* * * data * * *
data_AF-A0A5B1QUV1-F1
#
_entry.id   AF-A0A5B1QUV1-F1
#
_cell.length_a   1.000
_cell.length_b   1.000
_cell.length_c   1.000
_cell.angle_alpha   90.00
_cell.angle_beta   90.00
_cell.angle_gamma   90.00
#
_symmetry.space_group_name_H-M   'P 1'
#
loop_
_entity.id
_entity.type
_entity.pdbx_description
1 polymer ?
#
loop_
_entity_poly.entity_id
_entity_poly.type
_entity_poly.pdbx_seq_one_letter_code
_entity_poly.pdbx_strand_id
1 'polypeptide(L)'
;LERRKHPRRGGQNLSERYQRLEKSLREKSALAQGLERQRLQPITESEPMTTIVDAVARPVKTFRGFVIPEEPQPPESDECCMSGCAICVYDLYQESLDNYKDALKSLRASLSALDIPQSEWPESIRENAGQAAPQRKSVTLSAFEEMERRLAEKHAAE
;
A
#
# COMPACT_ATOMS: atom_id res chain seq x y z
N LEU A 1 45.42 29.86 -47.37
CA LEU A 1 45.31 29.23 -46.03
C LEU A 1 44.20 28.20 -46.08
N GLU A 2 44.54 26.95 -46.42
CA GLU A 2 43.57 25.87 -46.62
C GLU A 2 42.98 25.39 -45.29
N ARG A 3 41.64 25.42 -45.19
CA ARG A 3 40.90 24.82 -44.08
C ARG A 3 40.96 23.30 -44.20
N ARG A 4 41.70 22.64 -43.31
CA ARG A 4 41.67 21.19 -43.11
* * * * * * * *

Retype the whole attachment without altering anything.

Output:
data_AF-A0A5B1QUV1-F1
#
_entry.id   AF-A0A5B1QUV1-F1
#
_cell.length_a   1.000
_cell.length_b   1.000
_cell.length_c   1.000
_cell.angle_alpha   90.00
_cell.angle_beta   90.00
_cell.angle_gamma   90.00
#
_symmetry.space_group_name_H-M   'P 1'
#
loop_
_entity.id
_entity.type
_entity.pdbx_description
1 polymer ?
#
loop_
_entity_poly.entity_id
_entity_poly.type
_entity_poly.pdbx_seq_one_letter_code
_entity_poly.pdbx_strand_id
1 'polypeptide(L)'
;LERRKHPRRGGQNLSERYQRLEKSLREKSALAQGLERQRLQPITESEPMTTIVDAVARPVKTFRGFVIPEEPQPPESDECCMSGCAICVYDLYQESLDNYKDALKSLRASLSALDIPQSEWPESIRENAGQAAPQRKSVTLSAFEEMERRLAEKHAAE
;
A
#
# COMPACT_ATOMS: atom_id res chain seq x y z
N LEU A 1 45.42 29.86 -47.37
CA LEU A 1 45.31 29.23 -46.03
C LEU A 1 44.20 28.20 -46.08
N GLU A 2 44.54 26.95 -46.42
CA GLU A 2 43.57 25.87 -46.62
C GLU A 2 42.98 25.39 -45.29
N ARG A 3 41.64 25.42 -45.19
CA ARG A 3 40.90 24.82 -44.08
C ARG A 3 40.96 23.30 -44.20
N ARG A 4 41.70 22.64 -43.31
CA ARG A 4 41.67 21.19 -43.11